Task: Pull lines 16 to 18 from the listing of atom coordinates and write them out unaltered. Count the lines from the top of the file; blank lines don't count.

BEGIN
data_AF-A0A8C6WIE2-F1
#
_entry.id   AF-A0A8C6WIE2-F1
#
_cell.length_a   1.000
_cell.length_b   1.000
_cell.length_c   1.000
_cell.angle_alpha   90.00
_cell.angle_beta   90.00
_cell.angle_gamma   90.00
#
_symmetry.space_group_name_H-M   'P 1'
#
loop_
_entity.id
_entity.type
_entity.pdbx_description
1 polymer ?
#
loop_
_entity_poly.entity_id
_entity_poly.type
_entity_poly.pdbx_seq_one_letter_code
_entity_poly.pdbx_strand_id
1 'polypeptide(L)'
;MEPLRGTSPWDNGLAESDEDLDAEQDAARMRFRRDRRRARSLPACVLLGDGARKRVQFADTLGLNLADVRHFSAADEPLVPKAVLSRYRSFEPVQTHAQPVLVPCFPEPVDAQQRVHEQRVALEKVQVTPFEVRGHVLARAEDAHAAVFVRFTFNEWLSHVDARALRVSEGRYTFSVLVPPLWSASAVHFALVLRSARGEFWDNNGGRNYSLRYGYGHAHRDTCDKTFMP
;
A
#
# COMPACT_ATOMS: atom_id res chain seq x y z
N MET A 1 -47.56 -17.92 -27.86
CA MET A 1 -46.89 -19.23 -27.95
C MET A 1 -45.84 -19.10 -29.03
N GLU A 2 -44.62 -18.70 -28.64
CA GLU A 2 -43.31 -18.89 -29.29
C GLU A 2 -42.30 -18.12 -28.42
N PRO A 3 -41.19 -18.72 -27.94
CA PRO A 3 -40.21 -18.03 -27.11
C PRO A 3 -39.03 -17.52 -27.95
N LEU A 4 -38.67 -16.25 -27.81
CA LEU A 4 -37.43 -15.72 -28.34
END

_entity.type
_entity.pdbx_description
1 polymer ?